By far, the majority of bad experiences with EHR consultants have been with consultants hired to assist with the selection of an EHR. The problem is that most of the so-called EHR selection consultants are not really consultants at all. Instead, they are EHR salesmen disguised as EHR consultants. They are the “realtors” of medical IT, focused only on selling EHR software from vendors that pay them a large finder’s fee. One look at their list of clients will reveal a limited list of EHR vendors. These wolves in sheep’s clothing should be avoided at all costs.
A qualified EHR selection consultant is someone who knows and has contacts with dozens of EHR software vendors; a look at their list of clients should show a broad spectrum of EHR vendors. Their focus is on understanding each individual medical practice and selecting the EHR software that best matches the practice’s needs.
The difference between these two types of consultants is best described as the difference between a bounty hunter and a hired gun. The bounty hunter is only interested in collecting the referral fee (bounty) from the EHR vendor. The hired gun is interested in protecting the interests of the medical practice.
There are two types of EHR consultants available to help with an EHR implementation. The true EHR consultant has immediate, short-term goals: get the practice on the right track, build momentum, create an implementation plan, and transfer knowledge. The other form of EHR implementation consultant could more aptly be described as a contractor; essentially, they stick around to provide extra manpower to assist with the myriad of implementation tasks and details. Sometimes, a little extra help is all that is needed, but do not confuse them with a true EHR consultant. Most medical practices choose not to use an implementation consultant, which often leads to the need for a “cleanup” consultant.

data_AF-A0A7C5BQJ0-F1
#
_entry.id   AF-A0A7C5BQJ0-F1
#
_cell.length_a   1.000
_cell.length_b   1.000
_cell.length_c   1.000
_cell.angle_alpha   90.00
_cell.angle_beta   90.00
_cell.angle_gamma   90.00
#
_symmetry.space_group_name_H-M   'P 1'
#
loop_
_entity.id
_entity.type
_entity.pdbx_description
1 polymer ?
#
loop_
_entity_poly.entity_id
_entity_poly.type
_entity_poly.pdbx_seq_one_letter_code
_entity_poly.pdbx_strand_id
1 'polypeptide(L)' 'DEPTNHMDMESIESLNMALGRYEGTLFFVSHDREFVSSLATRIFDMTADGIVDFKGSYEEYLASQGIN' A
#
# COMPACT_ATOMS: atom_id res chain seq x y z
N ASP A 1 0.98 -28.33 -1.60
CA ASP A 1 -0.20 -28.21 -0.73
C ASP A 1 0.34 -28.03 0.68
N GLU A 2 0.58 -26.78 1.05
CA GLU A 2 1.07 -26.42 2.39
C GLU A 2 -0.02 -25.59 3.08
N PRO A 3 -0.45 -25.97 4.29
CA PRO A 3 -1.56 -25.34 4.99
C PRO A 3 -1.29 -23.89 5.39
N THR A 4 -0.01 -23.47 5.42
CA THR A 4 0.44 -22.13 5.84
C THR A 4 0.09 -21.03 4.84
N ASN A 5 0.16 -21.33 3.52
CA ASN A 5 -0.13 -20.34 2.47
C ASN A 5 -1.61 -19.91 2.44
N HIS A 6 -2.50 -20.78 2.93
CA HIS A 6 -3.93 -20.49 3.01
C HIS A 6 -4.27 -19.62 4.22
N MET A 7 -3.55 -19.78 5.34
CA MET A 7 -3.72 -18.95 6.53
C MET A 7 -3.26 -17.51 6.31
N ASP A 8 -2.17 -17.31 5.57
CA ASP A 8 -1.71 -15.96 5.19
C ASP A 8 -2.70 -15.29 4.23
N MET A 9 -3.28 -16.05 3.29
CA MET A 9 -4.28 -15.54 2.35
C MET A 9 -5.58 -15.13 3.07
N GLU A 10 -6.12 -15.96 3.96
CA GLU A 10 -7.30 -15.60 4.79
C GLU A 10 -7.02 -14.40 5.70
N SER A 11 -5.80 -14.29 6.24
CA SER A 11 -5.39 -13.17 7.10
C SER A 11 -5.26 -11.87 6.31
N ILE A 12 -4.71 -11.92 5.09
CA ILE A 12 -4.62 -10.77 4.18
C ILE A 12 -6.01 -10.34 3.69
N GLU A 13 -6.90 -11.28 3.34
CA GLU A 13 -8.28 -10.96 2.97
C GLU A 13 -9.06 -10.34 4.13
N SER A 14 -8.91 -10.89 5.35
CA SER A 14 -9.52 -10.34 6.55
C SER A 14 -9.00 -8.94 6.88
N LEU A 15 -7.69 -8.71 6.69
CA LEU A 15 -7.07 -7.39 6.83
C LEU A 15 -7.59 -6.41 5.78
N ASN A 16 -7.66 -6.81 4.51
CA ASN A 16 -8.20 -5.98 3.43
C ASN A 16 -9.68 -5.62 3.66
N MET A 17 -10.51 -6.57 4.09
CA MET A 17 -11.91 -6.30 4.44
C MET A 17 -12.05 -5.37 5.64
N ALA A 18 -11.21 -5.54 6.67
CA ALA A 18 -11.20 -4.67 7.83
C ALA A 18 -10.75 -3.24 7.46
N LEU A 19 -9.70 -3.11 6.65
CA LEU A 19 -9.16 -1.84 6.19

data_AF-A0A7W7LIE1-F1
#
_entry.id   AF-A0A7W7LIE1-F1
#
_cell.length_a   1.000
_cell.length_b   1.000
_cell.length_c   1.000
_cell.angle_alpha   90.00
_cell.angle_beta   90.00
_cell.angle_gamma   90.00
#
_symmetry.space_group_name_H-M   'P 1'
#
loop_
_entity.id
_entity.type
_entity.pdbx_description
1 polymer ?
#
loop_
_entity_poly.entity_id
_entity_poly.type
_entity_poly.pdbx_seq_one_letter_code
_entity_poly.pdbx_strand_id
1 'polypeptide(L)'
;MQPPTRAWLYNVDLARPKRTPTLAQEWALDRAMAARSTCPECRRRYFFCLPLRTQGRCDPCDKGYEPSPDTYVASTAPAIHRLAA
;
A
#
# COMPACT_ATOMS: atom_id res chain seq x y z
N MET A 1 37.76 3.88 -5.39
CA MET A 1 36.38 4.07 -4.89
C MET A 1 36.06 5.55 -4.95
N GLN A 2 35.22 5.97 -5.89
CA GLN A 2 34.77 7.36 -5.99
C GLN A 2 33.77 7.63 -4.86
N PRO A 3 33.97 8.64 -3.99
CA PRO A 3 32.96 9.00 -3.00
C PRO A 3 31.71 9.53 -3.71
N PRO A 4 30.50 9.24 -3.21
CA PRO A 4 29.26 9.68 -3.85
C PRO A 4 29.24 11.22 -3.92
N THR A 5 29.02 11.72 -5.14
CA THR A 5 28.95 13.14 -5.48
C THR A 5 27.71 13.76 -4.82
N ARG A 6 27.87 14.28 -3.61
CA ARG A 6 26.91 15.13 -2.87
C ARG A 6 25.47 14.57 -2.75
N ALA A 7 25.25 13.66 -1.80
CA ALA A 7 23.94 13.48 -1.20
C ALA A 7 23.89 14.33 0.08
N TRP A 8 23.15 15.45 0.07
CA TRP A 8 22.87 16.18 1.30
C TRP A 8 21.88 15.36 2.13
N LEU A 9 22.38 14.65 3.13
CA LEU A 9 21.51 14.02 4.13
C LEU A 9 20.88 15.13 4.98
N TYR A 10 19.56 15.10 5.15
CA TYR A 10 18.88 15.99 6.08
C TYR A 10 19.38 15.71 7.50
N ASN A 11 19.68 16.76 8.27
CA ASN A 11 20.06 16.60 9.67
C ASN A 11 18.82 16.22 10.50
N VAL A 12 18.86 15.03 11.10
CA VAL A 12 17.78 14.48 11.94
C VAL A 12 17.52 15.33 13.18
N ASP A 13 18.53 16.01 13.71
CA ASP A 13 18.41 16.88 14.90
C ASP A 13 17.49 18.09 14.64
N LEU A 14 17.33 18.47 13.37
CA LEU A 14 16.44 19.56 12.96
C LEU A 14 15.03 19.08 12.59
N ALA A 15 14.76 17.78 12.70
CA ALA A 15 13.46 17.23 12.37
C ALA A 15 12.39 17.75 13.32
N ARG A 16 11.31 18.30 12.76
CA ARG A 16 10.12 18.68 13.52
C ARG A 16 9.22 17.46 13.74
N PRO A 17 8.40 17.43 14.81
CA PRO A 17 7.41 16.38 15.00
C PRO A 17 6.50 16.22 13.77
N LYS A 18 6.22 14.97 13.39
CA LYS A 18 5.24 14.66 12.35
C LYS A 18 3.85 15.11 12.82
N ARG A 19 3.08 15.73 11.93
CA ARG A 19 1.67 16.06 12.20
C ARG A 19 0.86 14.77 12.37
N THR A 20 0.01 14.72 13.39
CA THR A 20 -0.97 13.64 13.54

Unfortunately, many medical practices end up having to bring in a consultant to “clean up” an EHR implementation gone awry. The cleanup may involve fixing the mistakes made by a previous EHR consultant, saving a failed EHR implementation, or even improving an already fairly effective EHR implementation. These cleanup EHR consultants are usually quite effective because they are brought in to solve specific, identifiable problems. The most effective consultant will be deeply biased to the specific EHR software and vendor your practice uses, with extensive experience with and understanding of that EHR in a medical practice.